"Then he will say to those at his left hand, ‘You that are accursed, depart from me into the eternal fire prepared for the devil and his angels;"
This verse always brings another to mind: “Do not think that I have come to bring peace on earth; I have not come to bring peace but a sword” (Mt 10:34). Both in the Sermon on the Mount, and there in Christ’s enjoinder to the disciples, we are met with almost serene descriptions of the life Christ asks of us, punctuated by moments of seeming harshness. These can be, at least for me, stumbling blocks, as the Church Fathers called those moments in Scripture with which we know not exactly what to do. But the Fathers also instruct us to pay attention to what in Scripture causes us to falter, perhaps giving more time and attention to exactly those moments.
Judgment is a double-edged sword. I think here of Psalm 149: “Let the praise of God be on their lips / and a two-edged sword in their hand”. We see in Scripture that to live as Christ asks us necessarily marks us, demarcates our position in the world. We indicate, incarnately, in the way we dispose ourselves to reality, that we know that this world has a source and a Savior, and it is to him, not the world, that we owe our allegiance. And in this disposition, we are often seen as “other”. I wonder then if judgment is not first or primarily an action we perform, but rather the natural consequence of conforming ourselves to the Lord, of living the way he asks of us in a world that often does the opposite.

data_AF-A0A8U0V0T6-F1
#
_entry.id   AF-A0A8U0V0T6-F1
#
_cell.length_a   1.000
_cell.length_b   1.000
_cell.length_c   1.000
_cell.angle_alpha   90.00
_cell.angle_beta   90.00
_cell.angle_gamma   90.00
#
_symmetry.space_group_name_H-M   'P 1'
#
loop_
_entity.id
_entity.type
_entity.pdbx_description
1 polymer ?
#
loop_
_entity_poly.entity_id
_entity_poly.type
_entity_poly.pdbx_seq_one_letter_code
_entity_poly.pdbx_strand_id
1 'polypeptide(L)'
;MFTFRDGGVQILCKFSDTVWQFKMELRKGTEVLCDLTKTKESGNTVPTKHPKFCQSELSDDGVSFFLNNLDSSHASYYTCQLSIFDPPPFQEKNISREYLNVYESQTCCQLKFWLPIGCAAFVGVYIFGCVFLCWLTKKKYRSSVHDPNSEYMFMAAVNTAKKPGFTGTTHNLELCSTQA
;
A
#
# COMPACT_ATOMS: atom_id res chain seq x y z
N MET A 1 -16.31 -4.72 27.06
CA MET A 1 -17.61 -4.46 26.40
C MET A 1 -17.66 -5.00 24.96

Simply living a Christian lifestyle and making ourselves like Christ looks like judgment to the world. We ourselves do not judge because we ourselves are not the Judge. Judgment is rightfully the Lord’s domain, as he explains so decisively in this verse. But the key is this: insofar as we conform ourselves to his body, we radiate his good and merciful—and yes, sometimes seemingly harsh—judgment in our very being, in the way we live. We are not the source of judgment, but we are sometimes, perhaps, its presence in this world.
Art: Dea Jenkins | "Erasure: RedBlue" | watercolor | 2018
Practice: 360° View of "The Fall of the Rebel Angels"
Take a deep dive into Pieter Bruegel the Elder's 1562 painting (click here) reimagined by Google and the Royal museums of Fine Arts of Belgium.